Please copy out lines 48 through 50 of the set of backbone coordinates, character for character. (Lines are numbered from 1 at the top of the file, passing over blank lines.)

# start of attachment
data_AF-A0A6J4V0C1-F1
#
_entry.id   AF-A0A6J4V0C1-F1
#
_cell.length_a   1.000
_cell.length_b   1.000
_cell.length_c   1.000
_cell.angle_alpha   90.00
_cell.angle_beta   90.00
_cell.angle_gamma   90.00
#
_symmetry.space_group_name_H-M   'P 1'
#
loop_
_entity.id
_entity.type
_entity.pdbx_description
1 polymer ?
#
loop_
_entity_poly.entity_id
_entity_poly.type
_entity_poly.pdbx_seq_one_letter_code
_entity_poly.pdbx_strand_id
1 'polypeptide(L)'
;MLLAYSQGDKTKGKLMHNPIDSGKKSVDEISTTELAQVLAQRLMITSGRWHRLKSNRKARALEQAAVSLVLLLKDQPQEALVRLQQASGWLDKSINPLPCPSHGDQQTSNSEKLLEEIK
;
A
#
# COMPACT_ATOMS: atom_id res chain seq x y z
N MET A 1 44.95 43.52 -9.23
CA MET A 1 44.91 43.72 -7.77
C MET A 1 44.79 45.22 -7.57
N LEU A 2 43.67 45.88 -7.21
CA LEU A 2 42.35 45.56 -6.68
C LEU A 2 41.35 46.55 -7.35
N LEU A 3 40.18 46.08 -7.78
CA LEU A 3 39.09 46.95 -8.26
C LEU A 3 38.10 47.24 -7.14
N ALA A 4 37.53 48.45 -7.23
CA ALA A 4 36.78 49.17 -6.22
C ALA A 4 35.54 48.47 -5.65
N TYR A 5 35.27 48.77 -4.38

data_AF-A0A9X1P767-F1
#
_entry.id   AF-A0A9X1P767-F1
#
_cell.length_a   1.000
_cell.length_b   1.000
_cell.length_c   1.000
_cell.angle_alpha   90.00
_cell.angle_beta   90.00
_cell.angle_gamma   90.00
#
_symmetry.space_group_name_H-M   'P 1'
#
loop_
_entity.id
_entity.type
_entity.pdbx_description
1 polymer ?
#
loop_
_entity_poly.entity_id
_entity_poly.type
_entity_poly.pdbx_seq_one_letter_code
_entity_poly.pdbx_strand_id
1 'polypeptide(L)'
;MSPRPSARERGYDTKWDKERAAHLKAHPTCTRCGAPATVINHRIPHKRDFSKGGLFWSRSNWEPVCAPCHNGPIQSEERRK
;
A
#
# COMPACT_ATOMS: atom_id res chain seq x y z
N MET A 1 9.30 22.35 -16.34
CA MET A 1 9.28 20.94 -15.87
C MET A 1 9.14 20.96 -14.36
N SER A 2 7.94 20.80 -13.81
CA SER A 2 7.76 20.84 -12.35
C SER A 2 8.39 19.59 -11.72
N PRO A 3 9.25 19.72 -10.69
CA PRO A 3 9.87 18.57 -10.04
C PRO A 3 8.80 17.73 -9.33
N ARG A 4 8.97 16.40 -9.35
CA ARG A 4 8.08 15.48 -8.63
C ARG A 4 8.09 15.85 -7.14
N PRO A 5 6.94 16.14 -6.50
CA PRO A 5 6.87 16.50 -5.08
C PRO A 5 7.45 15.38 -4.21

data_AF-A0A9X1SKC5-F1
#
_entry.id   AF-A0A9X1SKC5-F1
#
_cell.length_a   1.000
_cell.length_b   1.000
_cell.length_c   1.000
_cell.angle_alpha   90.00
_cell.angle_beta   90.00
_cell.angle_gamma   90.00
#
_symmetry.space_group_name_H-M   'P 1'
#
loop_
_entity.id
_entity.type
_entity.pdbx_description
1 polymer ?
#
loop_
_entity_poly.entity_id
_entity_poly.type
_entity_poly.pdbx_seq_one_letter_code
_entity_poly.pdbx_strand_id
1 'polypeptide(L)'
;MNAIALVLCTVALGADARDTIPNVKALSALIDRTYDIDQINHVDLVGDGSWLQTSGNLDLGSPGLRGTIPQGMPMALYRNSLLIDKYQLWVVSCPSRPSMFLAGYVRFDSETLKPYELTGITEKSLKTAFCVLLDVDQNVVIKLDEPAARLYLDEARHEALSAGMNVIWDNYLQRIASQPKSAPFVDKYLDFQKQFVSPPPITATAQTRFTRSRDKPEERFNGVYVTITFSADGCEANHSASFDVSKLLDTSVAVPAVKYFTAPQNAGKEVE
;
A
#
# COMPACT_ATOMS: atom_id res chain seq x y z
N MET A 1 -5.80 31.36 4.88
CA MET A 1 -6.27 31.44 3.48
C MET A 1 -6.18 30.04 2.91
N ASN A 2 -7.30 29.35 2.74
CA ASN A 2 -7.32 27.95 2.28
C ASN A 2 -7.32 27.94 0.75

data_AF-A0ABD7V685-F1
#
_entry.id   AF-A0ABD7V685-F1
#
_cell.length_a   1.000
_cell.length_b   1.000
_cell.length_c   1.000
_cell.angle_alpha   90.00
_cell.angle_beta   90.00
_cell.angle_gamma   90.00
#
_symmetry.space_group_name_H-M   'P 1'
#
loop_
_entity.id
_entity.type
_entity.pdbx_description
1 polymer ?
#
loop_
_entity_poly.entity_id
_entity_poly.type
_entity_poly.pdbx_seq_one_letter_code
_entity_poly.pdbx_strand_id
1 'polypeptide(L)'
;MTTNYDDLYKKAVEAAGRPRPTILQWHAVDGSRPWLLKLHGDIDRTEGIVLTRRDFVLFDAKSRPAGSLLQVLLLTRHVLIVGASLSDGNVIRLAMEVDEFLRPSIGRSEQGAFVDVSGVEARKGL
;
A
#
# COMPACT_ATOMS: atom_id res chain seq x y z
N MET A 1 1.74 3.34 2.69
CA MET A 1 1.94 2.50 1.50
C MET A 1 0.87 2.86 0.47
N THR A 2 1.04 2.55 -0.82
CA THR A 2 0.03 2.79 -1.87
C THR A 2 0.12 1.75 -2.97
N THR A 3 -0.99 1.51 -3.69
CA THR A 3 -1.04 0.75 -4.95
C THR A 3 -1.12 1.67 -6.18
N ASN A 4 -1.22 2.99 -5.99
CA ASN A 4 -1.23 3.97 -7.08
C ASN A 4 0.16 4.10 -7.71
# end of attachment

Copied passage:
_cell.length_a   1.000
_cell.length_b   1.000
_cell.length_c   1.000